All seemed well until the store phone rang a shortly after Sparkette was due home. On the other end of the line was a very pitiful voice.
“Mom…when I came home I got sick again.” “You mean you threw up?”, I asked. “Yes”, she whimpered. Once again visions of family bonding over porcelain canyon yodeling competitions started dancing in my head. I instructed her to wait a while and then try sipping water to see if it would stay down. And I told her I was due to get off work at 5:30 and I’d be home as soon as I could. I hung up and a co-worker volunteered to trade shift-ending times with me so that I could leave immediately. I decided to take her up on it. The Sparkette is good at handling her own biz if she gets sick (this is what you get for being a pukey child), but I had heard far more distress in her voice than normal. So I clocked out and headed home.
By the time I arrived home she had managed to throw up a couple more times. Then she crawled back in her bed and curled up, complaining that her stomach hurt. And that it had hurt all day. And really, it had been hurting since a bit after dinner last night. This would have been pretty useful information to have a bit earlier. I had just seen proof there was no diarrhea involved. I grabbed the thermometer and scanned her darling little forehead several times. It averaged out to about 99 degrees. This was all starting to sound a bit too familiar. I asked her where her stomach hurt. She pointed to the lower right quadrant of her abdomen. I asked if it had hurt there all along, and she said it had hurt all over most of the time, but the pain had recently settled in that area.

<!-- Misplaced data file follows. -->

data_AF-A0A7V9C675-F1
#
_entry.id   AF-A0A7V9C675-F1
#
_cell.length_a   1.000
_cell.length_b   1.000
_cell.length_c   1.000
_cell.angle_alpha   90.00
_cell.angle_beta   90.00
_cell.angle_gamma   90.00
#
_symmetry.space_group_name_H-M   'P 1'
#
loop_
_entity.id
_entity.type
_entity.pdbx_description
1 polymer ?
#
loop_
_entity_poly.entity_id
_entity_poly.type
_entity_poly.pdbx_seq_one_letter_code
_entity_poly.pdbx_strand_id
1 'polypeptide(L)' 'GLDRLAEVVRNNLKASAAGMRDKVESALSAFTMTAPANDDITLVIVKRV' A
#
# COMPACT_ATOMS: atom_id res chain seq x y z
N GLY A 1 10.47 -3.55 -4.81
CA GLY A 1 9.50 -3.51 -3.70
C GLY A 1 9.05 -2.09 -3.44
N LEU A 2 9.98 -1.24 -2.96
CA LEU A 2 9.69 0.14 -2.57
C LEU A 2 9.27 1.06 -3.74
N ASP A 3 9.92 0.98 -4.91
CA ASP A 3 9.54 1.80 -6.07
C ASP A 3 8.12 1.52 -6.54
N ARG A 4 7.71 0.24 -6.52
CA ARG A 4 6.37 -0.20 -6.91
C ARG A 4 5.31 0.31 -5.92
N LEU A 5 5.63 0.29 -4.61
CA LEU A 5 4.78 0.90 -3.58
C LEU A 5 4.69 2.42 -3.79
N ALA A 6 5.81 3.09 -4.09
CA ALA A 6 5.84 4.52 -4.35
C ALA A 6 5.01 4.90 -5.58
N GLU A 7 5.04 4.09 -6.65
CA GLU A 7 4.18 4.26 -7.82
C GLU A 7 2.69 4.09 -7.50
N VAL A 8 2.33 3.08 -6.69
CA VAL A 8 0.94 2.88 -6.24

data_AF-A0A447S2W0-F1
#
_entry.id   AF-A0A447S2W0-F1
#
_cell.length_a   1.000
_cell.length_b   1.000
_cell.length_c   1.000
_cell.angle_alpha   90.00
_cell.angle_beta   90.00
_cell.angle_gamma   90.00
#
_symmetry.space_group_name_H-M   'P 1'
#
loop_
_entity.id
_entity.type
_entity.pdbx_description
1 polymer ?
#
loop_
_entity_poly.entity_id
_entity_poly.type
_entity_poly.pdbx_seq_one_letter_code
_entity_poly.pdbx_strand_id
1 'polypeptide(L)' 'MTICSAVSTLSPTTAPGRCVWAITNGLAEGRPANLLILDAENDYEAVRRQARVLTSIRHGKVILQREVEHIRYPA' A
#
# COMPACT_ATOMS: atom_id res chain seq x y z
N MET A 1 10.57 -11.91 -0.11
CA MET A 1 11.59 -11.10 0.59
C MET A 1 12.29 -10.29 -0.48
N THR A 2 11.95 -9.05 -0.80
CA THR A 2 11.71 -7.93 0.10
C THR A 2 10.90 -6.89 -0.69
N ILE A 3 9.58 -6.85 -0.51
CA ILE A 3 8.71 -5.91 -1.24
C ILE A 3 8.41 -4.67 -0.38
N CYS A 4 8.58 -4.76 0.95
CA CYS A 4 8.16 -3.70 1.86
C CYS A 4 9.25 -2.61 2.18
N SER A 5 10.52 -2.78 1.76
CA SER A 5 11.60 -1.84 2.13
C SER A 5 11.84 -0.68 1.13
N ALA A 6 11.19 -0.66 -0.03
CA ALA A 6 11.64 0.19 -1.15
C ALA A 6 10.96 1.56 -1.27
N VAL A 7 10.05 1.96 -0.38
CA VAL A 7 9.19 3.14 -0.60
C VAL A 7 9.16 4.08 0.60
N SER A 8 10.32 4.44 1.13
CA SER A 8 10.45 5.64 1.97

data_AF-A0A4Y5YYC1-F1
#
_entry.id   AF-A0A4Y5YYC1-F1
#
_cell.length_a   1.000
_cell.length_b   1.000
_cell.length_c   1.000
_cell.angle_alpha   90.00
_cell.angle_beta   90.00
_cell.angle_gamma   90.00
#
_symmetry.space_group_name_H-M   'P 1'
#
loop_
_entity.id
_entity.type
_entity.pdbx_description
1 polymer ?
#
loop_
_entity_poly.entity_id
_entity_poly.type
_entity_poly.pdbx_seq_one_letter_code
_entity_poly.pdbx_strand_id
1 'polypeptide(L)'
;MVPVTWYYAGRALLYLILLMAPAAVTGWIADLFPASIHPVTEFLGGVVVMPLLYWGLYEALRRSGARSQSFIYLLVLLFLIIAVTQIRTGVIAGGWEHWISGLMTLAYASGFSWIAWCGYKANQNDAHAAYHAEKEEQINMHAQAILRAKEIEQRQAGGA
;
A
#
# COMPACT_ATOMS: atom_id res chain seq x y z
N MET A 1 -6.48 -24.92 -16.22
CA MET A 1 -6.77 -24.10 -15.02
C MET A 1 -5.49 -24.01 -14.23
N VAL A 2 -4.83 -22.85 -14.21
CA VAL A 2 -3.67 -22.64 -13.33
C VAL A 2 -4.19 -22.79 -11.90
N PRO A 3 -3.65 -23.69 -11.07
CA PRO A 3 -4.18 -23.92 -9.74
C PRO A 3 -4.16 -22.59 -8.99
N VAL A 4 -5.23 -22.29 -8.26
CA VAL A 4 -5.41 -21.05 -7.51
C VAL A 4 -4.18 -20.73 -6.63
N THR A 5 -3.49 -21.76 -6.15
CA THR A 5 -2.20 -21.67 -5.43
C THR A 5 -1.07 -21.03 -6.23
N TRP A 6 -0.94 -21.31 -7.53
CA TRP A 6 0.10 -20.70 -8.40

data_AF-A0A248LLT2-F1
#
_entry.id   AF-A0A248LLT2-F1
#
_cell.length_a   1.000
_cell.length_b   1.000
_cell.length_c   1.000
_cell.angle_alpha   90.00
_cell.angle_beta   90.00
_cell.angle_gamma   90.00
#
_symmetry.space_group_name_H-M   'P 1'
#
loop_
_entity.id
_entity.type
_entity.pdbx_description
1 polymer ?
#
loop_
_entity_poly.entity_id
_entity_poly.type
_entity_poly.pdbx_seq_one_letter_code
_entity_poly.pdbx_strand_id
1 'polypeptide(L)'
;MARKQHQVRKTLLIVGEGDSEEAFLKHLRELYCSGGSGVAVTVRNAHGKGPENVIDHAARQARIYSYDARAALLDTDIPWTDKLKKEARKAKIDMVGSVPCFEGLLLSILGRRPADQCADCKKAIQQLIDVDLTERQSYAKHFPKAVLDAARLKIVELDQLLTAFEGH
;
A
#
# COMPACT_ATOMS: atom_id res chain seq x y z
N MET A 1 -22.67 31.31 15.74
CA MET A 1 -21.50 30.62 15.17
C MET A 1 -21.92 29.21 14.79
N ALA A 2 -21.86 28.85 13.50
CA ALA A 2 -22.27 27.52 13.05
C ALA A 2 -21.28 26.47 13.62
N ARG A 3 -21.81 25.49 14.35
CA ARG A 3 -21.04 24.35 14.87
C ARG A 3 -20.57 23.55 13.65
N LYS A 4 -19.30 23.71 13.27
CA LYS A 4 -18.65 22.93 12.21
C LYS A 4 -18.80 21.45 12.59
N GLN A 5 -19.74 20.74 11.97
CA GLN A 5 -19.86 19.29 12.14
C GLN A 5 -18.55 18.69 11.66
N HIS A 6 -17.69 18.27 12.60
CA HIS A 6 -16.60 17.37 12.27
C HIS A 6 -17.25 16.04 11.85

Ok…this was WAY too familiar. When I was a senior in high school I spent the last day of school before Christmas huddled in pain. A friend had to drive me home because I hurt too much to operate my car. Once I got home I started throwing up…and throwing up…and throwing up… My mom was irritated with me because she thought I was bringing home a stomach virus for the second time in a month. But late that night, when I was dry heaving and moaning and hunkered down in pain, they took me to the hospital and the next morning I donated my appendix to science. Or the hospital garbage disposal. Wherever it is they put the used and useless body parts. Now 30 years later (almost to the day), it was deja vu all over again.